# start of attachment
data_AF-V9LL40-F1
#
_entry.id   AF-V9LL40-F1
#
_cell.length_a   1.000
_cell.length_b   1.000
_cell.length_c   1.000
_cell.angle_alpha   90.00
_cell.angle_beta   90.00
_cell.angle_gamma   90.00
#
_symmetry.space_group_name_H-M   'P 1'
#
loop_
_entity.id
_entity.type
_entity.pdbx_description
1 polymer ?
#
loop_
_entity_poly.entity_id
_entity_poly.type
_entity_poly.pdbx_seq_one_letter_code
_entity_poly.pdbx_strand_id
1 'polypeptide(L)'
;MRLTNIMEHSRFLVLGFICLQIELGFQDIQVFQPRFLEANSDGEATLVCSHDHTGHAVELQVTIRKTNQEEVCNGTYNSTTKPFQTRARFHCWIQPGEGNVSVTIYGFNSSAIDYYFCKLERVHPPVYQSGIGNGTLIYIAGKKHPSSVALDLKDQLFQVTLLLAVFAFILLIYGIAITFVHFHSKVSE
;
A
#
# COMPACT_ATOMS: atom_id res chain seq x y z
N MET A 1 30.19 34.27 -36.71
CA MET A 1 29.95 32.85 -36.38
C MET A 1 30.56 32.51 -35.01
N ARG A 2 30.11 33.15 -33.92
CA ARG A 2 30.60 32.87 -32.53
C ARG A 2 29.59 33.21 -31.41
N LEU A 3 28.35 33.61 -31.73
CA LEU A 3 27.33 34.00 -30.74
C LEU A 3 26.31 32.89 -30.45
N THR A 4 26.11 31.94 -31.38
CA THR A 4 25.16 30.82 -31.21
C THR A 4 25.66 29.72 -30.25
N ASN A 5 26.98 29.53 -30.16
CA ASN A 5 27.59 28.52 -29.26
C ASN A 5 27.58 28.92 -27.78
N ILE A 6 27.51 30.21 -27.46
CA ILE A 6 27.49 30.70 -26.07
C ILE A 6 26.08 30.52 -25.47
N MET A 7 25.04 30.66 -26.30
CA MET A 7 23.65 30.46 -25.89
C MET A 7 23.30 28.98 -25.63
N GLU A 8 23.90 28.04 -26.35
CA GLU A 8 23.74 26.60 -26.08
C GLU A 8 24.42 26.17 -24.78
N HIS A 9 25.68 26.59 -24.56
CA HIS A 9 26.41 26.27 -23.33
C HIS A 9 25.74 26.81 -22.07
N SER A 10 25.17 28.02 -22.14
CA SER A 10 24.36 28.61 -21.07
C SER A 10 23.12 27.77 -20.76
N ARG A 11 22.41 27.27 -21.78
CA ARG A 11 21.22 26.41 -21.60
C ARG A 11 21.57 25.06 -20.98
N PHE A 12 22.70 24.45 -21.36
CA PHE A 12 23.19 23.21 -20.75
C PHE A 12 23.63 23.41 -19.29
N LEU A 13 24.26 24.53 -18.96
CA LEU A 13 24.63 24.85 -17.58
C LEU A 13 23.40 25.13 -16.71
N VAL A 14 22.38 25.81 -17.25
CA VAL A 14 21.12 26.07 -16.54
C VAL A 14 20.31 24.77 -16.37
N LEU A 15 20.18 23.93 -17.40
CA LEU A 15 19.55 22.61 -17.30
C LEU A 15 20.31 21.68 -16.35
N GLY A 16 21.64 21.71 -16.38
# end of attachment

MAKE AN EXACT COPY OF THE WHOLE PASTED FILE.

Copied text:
data_AF-V9LL40-F1
#
_entry.id   AF-V9LL40-F1
#
_cell.length_a   1.000
_cell.length_b   1.000
_cell.length_c   1.000
_cell.angle_alpha   90.00
_cell.angle_beta   90.00
_cell.angle_gamma   90.00
#
_symmetry.space_group_name_H-M   'P 1'
#
loop_
_entity.id
_entity.type
_entity.pdbx_description
1 polymer ?
#
loop_
_entity_poly.entity_id
_entity_poly.type
_entity_poly.pdbx_seq_one_letter_code
_entity_poly.pdbx_strand_id
1 'polypeptide(L)'
;MRLTNIMEHSRFLVLGFICLQIELGFQDIQVFQPRFLEANSDGEATLVCSHDHTGHAVELQVTIRKTNQEEVCNGTYNSTTKPFQTRARFHCWIQPGEGNVSVTIYGFNSSAIDYYFCKLERVHPPVYQSGIGNGTLIYIAGKKHPSSVALDLKDQLFQVTLLLAVFAFILLIYGIAITFVHFHSKVSE
;
A
#
# COMPACT_ATOMS: atom_id res chain seq x y z
N MET A 1 30.19 34.27 -36.71
CA MET A 1 29.95 32.85 -36.38
C MET A 1 30.56 32.51 -35.01
N ARG A 2 30.11 33.15 -33.92
CA ARG A 2 30.60 32.87 -32.53
C ARG A 2 29.59 33.21 -31.41
N LEU A 3 28.35 33.61 -31.73
CA LEU A 3 27.33 34.00 -30.74
C LEU A 3 26.31 32.89 -30.45
N THR A 4 26.11 31.94 -31.38
CA THR A 4 25.16 30.82 -31.21
C THR A 4 25.66 29.72 -30.25
N ASN A 5 26.98 29.53 -30.16
CA ASN A 5 27.59 28.52 -29.26
C ASN A 5 27.58 28.92 -27.78
N ILE A 6 27.51 30.21 -27.46
CA ILE A 6 27.49 30.70 -26.07
C ILE A 6 26.08 30.52 -25.47
N MET A 7 25.04 30.66 -26.30
CA MET A 7 23.65 30.46 -25.89
C MET A 7 23.30 28.98 -25.63
N GLU A 8 23.90 28.04 -26.35
CA GLU A 8 23.74 26.60 -26.08
C GLU A 8 24.42 26.17 -24.78
N HIS A 9 25.68 26.59 -24.56
CA HIS A 9 26.41 26.27 -23.33
C HIS A 9 25.74 26.81 -22.07
N SER A 10 25.17 28.02 -22.14
CA SER A 10 24.36 28.61 -21.07
C SER A 10 23.12 27.77 -20.76
N ARG A 11 22.41 27.27 -21.78
CA ARG A 11 21.22 26.41 -21.60
C ARG A 11 21.57 25.06 -20.98
N PHE A 12 22.70 24.45 -21.36
CA PHE A 12 23.19 23.21 -20.75
C PHE A 12 23.63 23.41 -19.29
N LEU A 13 24.26 24.53 -18.96
CA LEU A 13 24.63 24.85 -17.58
C LEU A 13 23.40 25.13 -16.71
N VAL A 14 22.38 25.81 -17.25
CA VAL A 14 21.12 26.07 -16.54
C VAL A 14 20.31 24.77 -16.37
N LEU A 15 20.18 23.93 -17.40
CA LEU A 15 19.55 22.61 -17.30
C LEU A 15 20.31 21.68 -16.35
N GLY A 16 21.64 21.71 -16.38